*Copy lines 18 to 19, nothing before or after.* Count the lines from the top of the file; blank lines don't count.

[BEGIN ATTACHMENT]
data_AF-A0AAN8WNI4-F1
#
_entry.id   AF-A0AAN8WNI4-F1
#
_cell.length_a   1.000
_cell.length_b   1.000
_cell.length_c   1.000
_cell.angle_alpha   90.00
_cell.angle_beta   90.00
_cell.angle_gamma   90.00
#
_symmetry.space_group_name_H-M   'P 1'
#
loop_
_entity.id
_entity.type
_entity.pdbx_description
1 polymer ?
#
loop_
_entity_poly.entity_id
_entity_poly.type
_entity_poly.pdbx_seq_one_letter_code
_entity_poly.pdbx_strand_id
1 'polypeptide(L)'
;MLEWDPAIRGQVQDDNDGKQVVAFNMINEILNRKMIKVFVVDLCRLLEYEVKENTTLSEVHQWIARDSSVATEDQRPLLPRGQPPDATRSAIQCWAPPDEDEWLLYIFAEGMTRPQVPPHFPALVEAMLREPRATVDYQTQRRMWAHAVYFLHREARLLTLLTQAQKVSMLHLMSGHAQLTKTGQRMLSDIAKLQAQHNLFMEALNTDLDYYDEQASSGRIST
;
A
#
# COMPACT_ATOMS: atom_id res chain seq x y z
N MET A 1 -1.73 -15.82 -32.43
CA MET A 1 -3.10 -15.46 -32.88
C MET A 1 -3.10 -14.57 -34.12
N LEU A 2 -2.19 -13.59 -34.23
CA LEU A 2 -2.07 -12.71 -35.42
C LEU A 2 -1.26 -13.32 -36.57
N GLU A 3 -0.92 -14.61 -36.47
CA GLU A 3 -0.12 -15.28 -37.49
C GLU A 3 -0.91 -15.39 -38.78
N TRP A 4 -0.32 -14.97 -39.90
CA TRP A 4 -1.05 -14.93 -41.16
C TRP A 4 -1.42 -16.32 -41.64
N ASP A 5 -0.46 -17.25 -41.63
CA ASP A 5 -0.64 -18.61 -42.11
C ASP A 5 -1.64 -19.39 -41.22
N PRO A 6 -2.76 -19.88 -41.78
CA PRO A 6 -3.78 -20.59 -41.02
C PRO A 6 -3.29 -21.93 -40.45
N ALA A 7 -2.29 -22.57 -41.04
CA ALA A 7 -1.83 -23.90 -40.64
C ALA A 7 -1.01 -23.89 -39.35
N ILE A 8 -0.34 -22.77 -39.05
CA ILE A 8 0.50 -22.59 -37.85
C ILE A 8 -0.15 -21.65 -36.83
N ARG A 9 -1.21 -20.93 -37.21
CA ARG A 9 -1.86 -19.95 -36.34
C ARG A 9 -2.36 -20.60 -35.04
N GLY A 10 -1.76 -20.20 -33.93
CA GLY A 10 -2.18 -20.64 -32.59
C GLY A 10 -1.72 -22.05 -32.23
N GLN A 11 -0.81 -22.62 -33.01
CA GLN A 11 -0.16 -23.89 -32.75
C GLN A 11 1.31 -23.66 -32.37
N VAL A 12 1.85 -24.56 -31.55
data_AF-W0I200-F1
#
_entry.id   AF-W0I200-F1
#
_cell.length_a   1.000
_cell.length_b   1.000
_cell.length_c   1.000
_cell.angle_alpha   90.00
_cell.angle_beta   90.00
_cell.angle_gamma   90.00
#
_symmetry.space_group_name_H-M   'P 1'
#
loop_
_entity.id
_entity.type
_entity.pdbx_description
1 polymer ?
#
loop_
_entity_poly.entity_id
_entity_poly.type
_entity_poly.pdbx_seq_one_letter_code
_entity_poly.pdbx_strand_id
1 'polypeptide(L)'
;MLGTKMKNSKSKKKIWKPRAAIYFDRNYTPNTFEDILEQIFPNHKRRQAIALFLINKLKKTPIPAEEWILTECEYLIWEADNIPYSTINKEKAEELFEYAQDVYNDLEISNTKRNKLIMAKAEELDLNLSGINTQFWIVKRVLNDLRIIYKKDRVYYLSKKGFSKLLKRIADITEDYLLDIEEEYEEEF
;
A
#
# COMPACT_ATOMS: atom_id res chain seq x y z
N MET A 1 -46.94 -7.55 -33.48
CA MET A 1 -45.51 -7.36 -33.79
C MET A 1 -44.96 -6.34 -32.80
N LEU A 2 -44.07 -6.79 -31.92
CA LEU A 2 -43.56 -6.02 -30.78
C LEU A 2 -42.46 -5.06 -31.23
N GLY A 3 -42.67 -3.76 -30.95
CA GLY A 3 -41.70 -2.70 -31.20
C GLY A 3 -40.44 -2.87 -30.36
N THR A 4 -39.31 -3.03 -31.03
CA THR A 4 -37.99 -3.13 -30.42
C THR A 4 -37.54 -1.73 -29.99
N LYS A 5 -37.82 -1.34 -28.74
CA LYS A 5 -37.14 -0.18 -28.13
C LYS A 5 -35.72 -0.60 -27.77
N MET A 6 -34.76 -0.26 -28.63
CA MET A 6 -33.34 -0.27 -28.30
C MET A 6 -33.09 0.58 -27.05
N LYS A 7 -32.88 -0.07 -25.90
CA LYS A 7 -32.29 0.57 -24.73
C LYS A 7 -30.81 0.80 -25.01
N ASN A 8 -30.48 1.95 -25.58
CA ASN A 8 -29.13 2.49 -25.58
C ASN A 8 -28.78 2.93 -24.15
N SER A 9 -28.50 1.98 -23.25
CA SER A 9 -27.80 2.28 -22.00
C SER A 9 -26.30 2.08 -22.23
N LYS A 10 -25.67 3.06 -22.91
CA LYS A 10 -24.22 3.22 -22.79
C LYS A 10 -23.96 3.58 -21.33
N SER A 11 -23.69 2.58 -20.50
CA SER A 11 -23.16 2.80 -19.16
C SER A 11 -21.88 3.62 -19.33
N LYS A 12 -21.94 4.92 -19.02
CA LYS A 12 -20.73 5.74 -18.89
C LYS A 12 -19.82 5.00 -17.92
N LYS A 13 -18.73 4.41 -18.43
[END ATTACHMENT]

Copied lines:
1 polymer ?
#